Swerford, St Mary's Church, Oxfordshire
History, tourist information, and nearby accommodation
HERITAGE HIGHLIGHTS: Leper window, south chancel wall
The most famous of these rectors was likely Alexander of Swerford, who served from 1228. Alexander was a Treasurer at St Paul's Cathedral in London and also a clerk in the household of King John. According to his epitaph, 'he had no equal in handsomeness of body, beauty of face, or learning in many fields'. Certaibly he must have been handsome, for despite the fact that he was a clerk and thus sworn to celibacy, he is known to have fathered at least one child, a daughter named Agatha.
There are a few fragments of medieval glass in the south nave and chancel windows, though the large east window is a Victorian replacement. The most intriguing historical feature of the church is a small, hinged 'leper window' set into the larger south east chancel window. The current window pane is Victorian but it replaces a medieval pane. The window section is hinged to allow it to open, so that lepers outside the church could view the altar more easily. There is some doubt over the use of these small windows within a larger window, but in the case of Swerford we may actually be on firm historical ground calling it a leper window. Some members of the D'Oily family who established the castle at Swerford are recorded as suffering from leprosy, so it makes sense that they would have built a window to allow these family members to see the altar.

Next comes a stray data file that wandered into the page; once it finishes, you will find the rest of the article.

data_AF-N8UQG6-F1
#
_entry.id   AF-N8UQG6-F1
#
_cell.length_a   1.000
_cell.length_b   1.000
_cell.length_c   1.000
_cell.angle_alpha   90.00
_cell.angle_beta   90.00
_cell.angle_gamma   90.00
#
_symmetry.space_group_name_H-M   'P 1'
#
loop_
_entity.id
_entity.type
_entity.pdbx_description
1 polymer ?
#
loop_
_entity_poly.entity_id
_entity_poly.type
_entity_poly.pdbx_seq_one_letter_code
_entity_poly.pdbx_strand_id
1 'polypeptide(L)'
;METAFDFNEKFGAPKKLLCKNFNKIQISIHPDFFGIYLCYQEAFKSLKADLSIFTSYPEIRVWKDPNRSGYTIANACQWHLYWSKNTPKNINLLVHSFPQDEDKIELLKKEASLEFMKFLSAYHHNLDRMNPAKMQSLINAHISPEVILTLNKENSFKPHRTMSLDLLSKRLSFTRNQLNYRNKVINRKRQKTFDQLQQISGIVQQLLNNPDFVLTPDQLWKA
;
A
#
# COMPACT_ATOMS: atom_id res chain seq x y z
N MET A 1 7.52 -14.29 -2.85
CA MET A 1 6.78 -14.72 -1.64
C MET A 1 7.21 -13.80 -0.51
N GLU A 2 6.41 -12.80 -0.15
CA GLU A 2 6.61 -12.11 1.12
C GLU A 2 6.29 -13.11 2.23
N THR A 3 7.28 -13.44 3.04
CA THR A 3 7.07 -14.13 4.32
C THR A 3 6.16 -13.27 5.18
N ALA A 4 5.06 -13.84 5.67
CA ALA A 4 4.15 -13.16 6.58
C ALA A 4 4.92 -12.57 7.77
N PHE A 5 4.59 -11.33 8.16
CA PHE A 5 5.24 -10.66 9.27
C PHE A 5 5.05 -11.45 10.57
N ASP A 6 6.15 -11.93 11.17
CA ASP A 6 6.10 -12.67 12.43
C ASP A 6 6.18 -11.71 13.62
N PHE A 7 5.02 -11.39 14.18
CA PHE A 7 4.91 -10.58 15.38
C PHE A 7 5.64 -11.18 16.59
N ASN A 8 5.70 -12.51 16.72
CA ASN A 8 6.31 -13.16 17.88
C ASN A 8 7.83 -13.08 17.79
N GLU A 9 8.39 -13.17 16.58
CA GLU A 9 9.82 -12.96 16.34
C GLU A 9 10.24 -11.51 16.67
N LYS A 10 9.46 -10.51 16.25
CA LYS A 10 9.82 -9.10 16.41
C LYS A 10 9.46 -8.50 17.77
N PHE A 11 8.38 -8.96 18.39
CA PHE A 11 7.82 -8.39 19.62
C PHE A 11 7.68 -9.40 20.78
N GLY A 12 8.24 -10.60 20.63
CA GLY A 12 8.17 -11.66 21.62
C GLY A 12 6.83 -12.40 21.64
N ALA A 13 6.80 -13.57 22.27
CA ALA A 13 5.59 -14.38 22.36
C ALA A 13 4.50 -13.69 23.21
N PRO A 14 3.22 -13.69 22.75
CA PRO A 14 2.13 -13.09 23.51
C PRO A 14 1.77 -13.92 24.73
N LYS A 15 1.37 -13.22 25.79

Outide the window, at the base of a small buttress, is a very worn stone said to have been used by lepers as a platform to view inside the church more easily.
St Mary's is a lovely little country church. There is not an abundance of historical features to see, beyiond the font and leper window, but the location is idyllic, and the building has an air of peaceful calm that only an English country church seems to exude.
Address: St Mary's Lane, Swerford, Oxfordshire, England, OX7 4BA
Attraction Type: Historic Church
Location: In the Church End (west) part of Swerford village, just north of the A361 Banbury Road. Parking along the verge. Usually open daylight hours.
Photo Credit: David Ross and Britain Express
Heritage Rated from 1- 5 (low-exceptional) on historic interest
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Nearest Accommodation to Swerford: